Recycling boost for seaside resort
HOUSEHOLDS on the Felixstowe peninsula should start receiving their new recycling crates by the end of the year.Every family in the Suffolk Coastal district will have a crate in which to put their recyclable materials, such as glass, paper, tins and plastic, which they will then put out weekly for collection and emptying.
HOUSEHOLDS on the Felixstowe peninsula should start receiving their new recycling crates by the end of the year.
Every family in the Suffolk Coastal district will have a crate in which to put their recyclable materials, such as glass, paper, tins and plastic, which they will then put out weekly for collection and emptying.
Other waste will go into the black refuse sacks and be collected in the usual way.
Council officials hope it will provide a big boost to the amount of rubbish recycled and help meet the government target of 24 per cent of all waste being re-used by 2004.
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The council – one of the leaders nationally at recycling – has won a £364,000 government grant to help with its plans.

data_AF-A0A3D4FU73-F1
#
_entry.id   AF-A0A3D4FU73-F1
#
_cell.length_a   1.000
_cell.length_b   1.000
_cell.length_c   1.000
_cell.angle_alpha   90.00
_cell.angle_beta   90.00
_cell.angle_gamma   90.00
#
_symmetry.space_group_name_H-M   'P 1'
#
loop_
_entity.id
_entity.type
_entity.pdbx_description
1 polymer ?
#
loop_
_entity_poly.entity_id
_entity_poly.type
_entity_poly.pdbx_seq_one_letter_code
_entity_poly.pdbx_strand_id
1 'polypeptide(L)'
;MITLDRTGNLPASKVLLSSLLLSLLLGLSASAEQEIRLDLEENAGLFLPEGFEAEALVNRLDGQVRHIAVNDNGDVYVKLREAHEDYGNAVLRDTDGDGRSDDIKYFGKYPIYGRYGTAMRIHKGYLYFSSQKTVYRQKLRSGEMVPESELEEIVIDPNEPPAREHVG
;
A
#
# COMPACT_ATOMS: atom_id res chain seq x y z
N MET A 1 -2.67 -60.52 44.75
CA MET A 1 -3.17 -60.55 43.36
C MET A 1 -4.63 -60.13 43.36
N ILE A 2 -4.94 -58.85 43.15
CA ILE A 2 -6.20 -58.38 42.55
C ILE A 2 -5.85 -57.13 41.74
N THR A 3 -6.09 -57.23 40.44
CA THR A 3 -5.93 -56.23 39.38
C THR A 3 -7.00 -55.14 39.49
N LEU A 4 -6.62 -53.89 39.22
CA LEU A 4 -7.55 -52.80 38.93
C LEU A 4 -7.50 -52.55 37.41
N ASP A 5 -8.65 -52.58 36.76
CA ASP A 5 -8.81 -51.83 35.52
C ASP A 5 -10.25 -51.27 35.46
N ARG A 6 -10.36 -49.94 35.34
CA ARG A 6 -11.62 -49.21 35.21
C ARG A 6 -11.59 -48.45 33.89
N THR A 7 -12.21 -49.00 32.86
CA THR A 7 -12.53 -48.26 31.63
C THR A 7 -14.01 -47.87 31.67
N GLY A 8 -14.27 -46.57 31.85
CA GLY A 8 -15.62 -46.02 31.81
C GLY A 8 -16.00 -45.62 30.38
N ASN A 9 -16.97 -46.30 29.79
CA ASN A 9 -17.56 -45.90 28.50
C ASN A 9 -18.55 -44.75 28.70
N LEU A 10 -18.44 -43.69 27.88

Director of environmental services Deborah Hawes told the council's cabinet that the government grant had to be spent this year.
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Final clearance was awaited from the Department for Environment, Food and Rural Affairs for the authority's scheme but its bid had been accepted and the government was happy with its plans.
Around £95,000 of the grant would be used to buy and distribute the recycling crates to households in the district and this would begin in December.
A further £134,000 would be spent on a new Duo dustcart to improve collection of paper from around 10,000 households and also collect ordinary rubbish, while £75,000 would pay for 50 more recycling centres and their equipment.
Some £40,000 would pay for a further 2,600 wheeled bins for "green waste", kitchen food and garden rubbish, to allow a pilot scheme to be extended.
In addition, around £20,000 would be spent on promotional leaflets and an educational programme to encourage people to get into the recycling habit.
Suffolk Coastal residents have a good record for recycling as 13.55 per cent of household waste is reused – well on the way to the government's target.